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T-Mobile and Space X Connect Nowhere


As featured in Fierce Wireless.

On August 25th, T-Mobile and Space X announced their “Coverage Above & Beyond” partnership to bring about the “end of mobile dead zones”. The announcement was made by Mike Sievert, CEO of T-Mobile and Elon Musk, CEO and Chief Engineer of Space X at a media event that took place at Space X’s Starbase in Texas. It is one of a growing number of announced partnerships, ventures, and rumors of similar nature and purpose of expanding the frontier of connectivity where it hasn’t gone before.

Though the partnership between Space X and T-Mobile was announced as a technology partnership, that didn’t stop T-Mobile’s Mike Sievert from setting some commercial expectations. “Coverage Above & Beyond” promises to provide satellite-based cellular connectivity directly to T-Mobile’s current smartphones thereby providing coverage anywhere in the U.S., its territories, as well as the vast unregulated oceans.

Much of the technical burden seems to rest on the shoulders of Space X that will have to develop a new generation of LEO satellites capable of satellite-to-device communications. Elon Musk indicated that the phased array antenna assembly of the new Starlink V2 satellites would be about 25 square meters in area, which is much larger than the antennae units on the current V1 model.

T-Mobile will be lending a sliver of its mid-band PCS 1900 MHz spectrum for the service. According to Sievert, the new service will enter beta towards the end of 2023. This timeframe might be aggressive given that the Starship, which is needed to put the first Starlink V2 satellite into orbit, has yet to make its first orbital test flight.

Elon suggested that the Starlink V2 satellites would be “supplementary” to the current constellation of Starlink V1 units featuring enhanced Ku and Ka radios and inter-satellite laser link. However, the V2 satellites will be focused on providing mobile cellular service directly to handsets and other devices on the ground, not fixed wireless sites serviced by Starlink’s V1 network. Could the V1 constellation be used as backhaul for the new V2 satellite network? Good question.

A Journey of Technical Challenges

Elon Musk did not trivialize the technical challenges facing the partnership citing the need to overcome the Doppler effect of a satellite travelling at 17,000 miles per hour 500 miles above the earth. He suggested that the problem may be solved with a combination of new hardware and software. Given that the V1 constellation operates 340 miles above the Earth, the V2 constellation will likely be a new constellation with unique technical challenges associated with its purpose.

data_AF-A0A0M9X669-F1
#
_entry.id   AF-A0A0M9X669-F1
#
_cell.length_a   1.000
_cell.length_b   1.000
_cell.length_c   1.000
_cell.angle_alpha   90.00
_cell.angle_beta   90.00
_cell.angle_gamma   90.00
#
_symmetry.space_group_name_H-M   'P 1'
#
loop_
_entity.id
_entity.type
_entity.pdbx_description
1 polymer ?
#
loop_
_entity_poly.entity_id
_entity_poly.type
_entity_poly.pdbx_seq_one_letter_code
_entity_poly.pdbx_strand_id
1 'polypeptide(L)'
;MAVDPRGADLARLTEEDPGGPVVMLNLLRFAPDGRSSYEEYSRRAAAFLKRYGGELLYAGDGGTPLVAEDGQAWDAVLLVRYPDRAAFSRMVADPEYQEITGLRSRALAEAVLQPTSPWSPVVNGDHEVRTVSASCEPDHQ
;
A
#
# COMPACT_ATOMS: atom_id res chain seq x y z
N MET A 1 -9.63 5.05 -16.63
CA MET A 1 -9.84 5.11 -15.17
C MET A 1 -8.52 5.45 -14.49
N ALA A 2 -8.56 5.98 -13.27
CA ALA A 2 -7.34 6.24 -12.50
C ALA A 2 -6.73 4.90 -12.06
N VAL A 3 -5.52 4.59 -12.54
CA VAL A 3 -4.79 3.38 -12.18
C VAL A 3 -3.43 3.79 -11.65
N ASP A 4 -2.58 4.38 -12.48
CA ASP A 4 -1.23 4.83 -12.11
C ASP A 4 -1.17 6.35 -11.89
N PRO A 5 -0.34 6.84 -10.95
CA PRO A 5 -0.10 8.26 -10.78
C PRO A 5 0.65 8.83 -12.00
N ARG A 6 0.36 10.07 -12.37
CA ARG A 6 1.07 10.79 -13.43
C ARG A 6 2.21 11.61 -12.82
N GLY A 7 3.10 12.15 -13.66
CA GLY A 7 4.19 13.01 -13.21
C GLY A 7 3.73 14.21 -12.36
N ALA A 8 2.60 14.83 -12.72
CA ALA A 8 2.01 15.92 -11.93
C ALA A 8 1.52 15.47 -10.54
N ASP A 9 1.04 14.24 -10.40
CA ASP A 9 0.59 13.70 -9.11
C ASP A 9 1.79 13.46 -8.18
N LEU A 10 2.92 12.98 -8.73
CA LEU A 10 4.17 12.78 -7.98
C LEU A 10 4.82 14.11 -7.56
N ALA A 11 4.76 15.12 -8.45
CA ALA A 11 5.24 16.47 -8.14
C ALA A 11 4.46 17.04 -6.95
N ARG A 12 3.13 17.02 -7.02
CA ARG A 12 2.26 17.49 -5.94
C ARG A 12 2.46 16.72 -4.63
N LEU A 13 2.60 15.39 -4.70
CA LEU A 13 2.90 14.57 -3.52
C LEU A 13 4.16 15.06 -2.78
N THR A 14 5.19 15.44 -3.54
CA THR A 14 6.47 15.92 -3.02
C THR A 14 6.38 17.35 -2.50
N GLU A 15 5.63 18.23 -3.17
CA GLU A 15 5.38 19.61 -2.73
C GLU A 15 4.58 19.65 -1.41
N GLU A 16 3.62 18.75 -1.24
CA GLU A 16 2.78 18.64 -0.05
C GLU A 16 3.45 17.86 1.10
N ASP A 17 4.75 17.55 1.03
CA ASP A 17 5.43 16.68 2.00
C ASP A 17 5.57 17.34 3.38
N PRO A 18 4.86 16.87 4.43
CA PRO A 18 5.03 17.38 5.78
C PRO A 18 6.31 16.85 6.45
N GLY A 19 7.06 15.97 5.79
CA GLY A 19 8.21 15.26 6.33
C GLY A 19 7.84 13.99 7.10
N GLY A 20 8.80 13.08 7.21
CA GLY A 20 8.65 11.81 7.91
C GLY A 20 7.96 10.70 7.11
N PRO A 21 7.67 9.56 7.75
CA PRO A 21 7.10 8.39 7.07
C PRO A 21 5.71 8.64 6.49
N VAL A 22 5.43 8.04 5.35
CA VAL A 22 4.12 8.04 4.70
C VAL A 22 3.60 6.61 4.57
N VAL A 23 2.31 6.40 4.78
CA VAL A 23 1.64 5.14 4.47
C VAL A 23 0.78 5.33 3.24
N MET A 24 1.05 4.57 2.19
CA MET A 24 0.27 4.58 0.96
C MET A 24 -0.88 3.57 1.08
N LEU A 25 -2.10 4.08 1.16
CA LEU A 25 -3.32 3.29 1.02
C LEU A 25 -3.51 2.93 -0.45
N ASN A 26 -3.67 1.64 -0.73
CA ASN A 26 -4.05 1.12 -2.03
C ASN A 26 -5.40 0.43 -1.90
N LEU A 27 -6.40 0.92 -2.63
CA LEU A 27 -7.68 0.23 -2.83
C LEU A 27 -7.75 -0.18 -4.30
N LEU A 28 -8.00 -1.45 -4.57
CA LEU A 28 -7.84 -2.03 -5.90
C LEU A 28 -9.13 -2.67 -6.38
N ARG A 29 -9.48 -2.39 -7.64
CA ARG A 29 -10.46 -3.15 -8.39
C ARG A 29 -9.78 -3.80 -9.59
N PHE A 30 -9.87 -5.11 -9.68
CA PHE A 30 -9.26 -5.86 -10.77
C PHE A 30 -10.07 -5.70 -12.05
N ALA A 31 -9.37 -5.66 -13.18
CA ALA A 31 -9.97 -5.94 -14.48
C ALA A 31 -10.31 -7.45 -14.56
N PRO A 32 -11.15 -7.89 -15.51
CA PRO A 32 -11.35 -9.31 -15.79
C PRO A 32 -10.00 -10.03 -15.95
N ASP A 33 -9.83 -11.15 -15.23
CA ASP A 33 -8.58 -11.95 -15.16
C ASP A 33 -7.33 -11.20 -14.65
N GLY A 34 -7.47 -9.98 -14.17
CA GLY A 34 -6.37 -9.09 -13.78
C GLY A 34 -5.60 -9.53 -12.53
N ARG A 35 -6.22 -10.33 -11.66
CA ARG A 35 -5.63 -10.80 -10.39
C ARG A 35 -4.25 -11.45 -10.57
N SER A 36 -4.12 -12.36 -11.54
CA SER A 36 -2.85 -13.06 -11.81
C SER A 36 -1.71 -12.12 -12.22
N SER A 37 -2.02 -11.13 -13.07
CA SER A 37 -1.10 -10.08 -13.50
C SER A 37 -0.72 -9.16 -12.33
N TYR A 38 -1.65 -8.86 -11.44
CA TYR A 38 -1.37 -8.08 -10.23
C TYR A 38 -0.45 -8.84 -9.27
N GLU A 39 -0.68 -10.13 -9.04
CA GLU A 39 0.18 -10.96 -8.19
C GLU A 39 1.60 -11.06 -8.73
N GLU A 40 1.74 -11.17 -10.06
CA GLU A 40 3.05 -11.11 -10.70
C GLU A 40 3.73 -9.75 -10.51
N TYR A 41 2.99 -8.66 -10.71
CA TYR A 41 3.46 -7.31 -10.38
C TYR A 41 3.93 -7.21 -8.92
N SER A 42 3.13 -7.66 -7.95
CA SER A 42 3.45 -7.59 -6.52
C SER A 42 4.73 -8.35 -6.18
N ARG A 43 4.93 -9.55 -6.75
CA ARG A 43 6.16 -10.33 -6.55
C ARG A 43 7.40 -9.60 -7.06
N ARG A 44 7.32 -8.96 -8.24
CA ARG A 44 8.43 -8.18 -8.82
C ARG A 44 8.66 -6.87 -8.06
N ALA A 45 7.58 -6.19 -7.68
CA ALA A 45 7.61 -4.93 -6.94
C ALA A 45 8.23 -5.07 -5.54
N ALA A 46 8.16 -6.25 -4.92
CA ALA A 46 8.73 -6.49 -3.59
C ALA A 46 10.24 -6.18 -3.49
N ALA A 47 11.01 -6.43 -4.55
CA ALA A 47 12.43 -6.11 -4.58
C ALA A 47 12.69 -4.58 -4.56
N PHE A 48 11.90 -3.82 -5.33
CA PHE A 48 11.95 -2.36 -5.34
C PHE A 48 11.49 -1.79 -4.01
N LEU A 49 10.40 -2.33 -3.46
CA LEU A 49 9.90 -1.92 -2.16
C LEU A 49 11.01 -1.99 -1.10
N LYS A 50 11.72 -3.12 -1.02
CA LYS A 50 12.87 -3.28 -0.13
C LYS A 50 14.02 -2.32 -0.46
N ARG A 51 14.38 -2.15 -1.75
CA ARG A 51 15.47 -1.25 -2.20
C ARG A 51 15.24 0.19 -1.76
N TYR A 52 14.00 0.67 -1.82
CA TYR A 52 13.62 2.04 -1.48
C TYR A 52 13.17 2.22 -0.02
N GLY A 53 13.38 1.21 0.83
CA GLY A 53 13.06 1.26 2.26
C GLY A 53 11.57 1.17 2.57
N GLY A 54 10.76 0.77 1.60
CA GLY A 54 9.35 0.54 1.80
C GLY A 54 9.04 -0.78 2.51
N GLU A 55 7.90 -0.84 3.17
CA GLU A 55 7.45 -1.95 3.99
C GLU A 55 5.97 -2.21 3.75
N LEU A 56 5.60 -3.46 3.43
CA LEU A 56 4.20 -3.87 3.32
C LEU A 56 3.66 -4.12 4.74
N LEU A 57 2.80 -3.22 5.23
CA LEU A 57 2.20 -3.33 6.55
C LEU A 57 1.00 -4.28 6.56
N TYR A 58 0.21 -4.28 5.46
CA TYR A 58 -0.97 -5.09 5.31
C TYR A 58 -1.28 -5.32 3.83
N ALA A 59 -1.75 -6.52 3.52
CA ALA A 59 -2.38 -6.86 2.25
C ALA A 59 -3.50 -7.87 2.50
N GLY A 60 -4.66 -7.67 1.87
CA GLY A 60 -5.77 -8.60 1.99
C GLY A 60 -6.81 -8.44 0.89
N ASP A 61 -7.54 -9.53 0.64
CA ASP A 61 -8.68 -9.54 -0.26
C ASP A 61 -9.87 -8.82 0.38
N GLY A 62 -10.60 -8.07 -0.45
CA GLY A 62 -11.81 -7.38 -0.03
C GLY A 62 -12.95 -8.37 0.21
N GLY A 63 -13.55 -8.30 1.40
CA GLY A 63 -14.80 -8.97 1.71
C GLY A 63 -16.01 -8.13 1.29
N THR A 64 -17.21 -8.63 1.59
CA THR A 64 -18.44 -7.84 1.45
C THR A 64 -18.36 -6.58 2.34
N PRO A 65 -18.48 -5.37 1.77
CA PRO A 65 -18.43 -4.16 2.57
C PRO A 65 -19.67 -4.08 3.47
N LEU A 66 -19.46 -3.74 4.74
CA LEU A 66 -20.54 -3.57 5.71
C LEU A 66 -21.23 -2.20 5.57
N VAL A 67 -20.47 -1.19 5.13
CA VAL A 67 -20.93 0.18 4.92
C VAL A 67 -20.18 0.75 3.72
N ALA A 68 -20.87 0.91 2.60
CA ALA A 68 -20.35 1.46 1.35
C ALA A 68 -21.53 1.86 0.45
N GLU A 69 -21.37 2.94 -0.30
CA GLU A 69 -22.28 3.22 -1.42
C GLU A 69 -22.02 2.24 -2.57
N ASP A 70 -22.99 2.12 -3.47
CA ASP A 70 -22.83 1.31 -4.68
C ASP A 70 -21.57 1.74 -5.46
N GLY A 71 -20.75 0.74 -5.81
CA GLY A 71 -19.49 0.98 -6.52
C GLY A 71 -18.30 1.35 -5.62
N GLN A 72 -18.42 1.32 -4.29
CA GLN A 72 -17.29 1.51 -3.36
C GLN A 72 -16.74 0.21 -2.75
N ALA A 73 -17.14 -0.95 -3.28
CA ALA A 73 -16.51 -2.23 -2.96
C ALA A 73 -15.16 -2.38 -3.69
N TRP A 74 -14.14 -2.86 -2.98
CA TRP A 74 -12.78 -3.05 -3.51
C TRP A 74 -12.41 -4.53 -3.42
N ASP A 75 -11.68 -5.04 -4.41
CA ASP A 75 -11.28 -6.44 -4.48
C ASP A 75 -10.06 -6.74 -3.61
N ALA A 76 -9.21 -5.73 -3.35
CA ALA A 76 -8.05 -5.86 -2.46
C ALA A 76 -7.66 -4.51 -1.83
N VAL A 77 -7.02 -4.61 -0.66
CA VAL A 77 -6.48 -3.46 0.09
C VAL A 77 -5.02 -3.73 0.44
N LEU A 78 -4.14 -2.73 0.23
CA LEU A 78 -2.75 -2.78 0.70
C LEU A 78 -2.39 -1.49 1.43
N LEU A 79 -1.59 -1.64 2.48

What is the purpose of the Starlink V2 network? Firstly, it is not a broadband network. According to Elon Musk, it will provide 2 to 4 mbps capacity per cell zone. He characterized the cell as being much bigger than a terrestrial cell. 

John Sievert hinted that data and voice services may come in the future without specifying a timeline for when these features would come online. Initially, the service will be limited to SMS texting and MMS for light media applications in optimal scenarios. John mentioned support for “select” messaging applications that support T-Mobile’s constrained payload terms and conditions.


The fact is T-Mobile and Space X are not the first to partner or invest in providing satellite-to-handset cellular services. Even the proposition of users being able to access satellite-based communications using their existing smartphones is not novel. 

Globalstar, which has a legacy with Qualcomm and Loral Corporation, has been providing CDMA-based satellite cellular services direct to device for years with their constellation of 48 LEO satellites orbiting at 1440 km from the Earth. 

Rumors began more than two years ago that an unnamed prospect, suspected to be Apple, had commissioned Globalstar to provide satellite cellular services likely on the company’s 3GPP-approved Band 53 spectrum holding.

AST is another prominent player in the satellite-to-device cellular communications game backed most prominently by Rakuten, Samsung, and Vodafone. The company’s BlueWalker 3 prototype satellite will sport a 64 m2 phase array antenna that will provide cellular service directly to smartphones and other devices from 1200 miles above the Earth. 

BlueWalker 3 will be dwarfed by AST’s Bluebird satellite with its massive 450 m2 phased array antenna. Unlike T-Mobile’s “Coverage Above & Beyond” service, AST will provide broadband connectivity to its customers upon launch.

Too Early to Tell

For most consumers, direct-to-smartphone satellite service won’t matter most of the time. Key use cases such as emergency communications in the midst of a disaster and texting friends and family from remote, unserved locations are highly niche.

Given that the satellite communications industry is one plagued by bankruptcy, the burning question is one of commercial viability. Mike Sieverts indicated that the satellite service will be bundled with their most “popular” plans at no additional cost. A small subscription fee of 2 to 5 USD will be charged to customers who fall outside of inclusive plans.

This raises a key concern. Will this endeavor, which involves the development of a new platform and deployment of an entirely new satellite constellation, make commercial sense for Space X at the end of the day?

Time will tell. In the meantime, Space X and T-Mobile will have to overcome many technical and regulatory hurdles and deploy a new, first-of-a-kind satellite network before there is real cause to get excited with that first text message from nowhere.

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